As a complementarian who has been involved with Cru for over four years, this blog post really disappointed me. I think there is something very legitimate to be said regarding the argument that parachurch organizations are very different from a local church body. Parachurch organizations should in no way be required to make sure that they are in line with every allegedly biblically-founded doctrine taught by every church, especially when there are those denominations across evangelical Christianity that hold to an egalitarian view and there are those which hold to a complementarian view. They are conflicting perspectives. How is it at all reasonable to expect parachurch organizations to satisfy both points of view? You will always satisfy one to the exclusion of the other. It is wrong to expect that all staff and students adhere to either complementarianism or egalitarianism, just as it would be wrong to expect all staff and students to confess Calvinist doctrine or Arminian doctrine in order to participate. It is the wrong hill to die on, and I believe that Mr. Harman, as a representative of an interdenominational organization, was wrong to enforce a particular position of an open-handed viewpoint upon his staff, especially without any initial clarification of his reasoning behind it. Doing what he did put his staff in an incredibly compromising position. It is wrong to portray him as a man victimized by a bunch of higher-ups who don’t like the complementarian viewpoint. That is not the case whatsoever. The proper measures were taken to address a situation where a campus ministry director was enforcing an open-handed theological viewpoint where it was not appropriate to do so. Honestly, it wouldn’t surprise me at all if the regional staff who demoted him actually hold to the complementarian view. The issue here is that the organization itself does not adhere specifically to either a complementarian OR egalitarian view and it’s wrong to say that it is necessary for Cru to take a particular stance on that issue.

    • Denny Burk

      Paul, we agree that CRU has the right to set and enforce their own policies. I said so in my original post. One of the things that you will note in the WORLD article is that those policies are inconsistently carried out–especially overseas where Daniel spent the majority of his employment with CRU.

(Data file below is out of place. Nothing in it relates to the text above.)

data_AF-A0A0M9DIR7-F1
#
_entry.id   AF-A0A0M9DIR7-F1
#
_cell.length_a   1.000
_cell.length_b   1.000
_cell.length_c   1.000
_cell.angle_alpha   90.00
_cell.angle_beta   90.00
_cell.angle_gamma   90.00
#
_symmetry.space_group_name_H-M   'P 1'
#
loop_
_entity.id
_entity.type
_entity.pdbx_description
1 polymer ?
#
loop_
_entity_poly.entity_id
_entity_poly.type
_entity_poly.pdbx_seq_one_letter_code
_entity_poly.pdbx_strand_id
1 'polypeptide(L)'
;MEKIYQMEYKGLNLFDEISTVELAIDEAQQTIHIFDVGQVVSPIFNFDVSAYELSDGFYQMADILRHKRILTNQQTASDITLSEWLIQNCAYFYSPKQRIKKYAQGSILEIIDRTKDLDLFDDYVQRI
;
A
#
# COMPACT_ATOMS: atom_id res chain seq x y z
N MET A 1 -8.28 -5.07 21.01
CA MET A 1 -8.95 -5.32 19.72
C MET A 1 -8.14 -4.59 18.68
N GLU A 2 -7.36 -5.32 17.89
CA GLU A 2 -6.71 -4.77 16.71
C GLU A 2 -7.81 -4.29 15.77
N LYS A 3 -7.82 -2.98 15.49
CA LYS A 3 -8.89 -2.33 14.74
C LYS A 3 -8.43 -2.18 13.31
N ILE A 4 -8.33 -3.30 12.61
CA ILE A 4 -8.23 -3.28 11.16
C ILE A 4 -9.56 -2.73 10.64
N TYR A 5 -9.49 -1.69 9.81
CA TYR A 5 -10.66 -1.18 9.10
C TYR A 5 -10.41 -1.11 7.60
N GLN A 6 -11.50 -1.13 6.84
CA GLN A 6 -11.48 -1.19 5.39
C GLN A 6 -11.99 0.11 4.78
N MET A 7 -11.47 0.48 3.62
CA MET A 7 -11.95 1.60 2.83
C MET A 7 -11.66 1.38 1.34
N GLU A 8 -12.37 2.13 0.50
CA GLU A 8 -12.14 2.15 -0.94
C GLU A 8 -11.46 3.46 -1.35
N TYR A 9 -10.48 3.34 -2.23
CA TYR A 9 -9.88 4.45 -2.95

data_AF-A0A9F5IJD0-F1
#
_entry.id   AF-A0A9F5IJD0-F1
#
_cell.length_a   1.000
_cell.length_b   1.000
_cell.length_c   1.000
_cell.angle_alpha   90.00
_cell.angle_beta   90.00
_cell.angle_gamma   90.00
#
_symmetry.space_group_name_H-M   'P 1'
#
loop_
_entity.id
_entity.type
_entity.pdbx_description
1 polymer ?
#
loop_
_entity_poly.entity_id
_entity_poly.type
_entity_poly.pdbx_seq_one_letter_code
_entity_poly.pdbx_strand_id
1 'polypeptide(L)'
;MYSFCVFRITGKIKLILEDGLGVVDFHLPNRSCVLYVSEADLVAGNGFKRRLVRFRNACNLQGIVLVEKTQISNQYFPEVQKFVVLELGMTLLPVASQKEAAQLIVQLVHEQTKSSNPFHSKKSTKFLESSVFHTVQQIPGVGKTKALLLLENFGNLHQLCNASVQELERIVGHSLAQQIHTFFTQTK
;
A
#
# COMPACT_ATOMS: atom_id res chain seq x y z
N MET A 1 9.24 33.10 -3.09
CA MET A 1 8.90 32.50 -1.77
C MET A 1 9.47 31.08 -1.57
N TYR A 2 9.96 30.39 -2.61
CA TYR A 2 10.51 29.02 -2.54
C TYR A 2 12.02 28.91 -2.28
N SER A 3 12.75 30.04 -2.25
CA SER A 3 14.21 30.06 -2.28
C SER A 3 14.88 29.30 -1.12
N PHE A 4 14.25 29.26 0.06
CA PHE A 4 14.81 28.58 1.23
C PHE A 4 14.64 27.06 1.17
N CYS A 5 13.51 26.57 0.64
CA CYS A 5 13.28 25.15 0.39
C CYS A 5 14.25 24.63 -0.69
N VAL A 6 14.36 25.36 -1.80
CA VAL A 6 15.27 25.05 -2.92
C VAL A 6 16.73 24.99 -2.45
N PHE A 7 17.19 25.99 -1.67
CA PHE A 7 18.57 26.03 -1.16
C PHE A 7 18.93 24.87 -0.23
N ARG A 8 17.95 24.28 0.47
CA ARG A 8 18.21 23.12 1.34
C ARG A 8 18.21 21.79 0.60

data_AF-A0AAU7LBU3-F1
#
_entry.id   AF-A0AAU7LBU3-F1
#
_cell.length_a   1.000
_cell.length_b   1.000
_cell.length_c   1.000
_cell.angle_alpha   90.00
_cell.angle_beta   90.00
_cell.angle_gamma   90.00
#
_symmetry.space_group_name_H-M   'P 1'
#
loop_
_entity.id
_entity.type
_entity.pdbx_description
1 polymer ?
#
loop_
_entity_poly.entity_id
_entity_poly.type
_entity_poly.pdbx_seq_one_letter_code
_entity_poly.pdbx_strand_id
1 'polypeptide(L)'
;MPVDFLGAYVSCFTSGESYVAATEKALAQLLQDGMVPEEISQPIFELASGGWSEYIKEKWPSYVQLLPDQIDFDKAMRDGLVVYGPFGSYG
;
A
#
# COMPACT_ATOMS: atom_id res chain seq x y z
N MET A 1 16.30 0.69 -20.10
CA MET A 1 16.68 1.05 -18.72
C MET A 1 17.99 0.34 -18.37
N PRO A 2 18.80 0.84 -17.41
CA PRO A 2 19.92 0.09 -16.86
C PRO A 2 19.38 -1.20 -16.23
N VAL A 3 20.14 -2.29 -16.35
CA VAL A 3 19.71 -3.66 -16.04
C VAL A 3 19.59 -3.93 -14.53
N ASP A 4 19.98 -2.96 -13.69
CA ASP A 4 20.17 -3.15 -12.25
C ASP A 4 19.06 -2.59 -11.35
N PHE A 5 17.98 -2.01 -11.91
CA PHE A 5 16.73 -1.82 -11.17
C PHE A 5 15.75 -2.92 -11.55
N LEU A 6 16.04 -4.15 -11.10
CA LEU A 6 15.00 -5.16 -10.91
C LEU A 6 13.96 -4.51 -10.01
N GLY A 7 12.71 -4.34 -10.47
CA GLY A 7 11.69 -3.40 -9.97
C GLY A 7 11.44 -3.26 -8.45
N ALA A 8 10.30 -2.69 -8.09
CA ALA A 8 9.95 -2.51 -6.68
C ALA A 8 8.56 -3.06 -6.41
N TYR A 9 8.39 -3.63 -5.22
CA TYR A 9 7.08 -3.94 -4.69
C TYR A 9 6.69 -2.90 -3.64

Having said that, the idea that there is neutral ground on the gender issue is a fantasy. An org will either obey 1 Timothy 2:12 or they will not. CRU’s “neutral” policy allows women to teach and exercise authority over men. Most people can see that that is not a neutral position. It’s a functionally egalitarian position, even though CRU doesn’t want to acknowledge it as such.

      • Ryan Sather


        With this view on women in a context outside the local church I take it you will now be aiming your criticism at:
        *Passion (Beth Moore among other women will be special speakers teaching men at their conference)
        *Desiring God (Joni Eareckson Tada speaking/teaching men at conference)
        *The Gospel Coalition (2011 Nat Conf–Paige Benton Brown and Nancy Guthrie speaking/teaching men)

        I could go on and on with both church based and para-church ministries that have had women speak/teach in settings outside of the special/unique place God has called men to fill–the pulpits of our local churches.

        Let me know your thoughts…

      • Steve Dawson

        Actually,CRU is not being inconsistent in its policies. If Daniel was working in Eastern Europe, he could have been working in a country or an area that was majority Muslim. Muslim societies tend to be patriarchal, hence a woman teaching men would not be socially acceptable. In other words, CRU was taking its cue from the local societal norms. What may seem to be inconsistencies may be adapting ministry to the culture.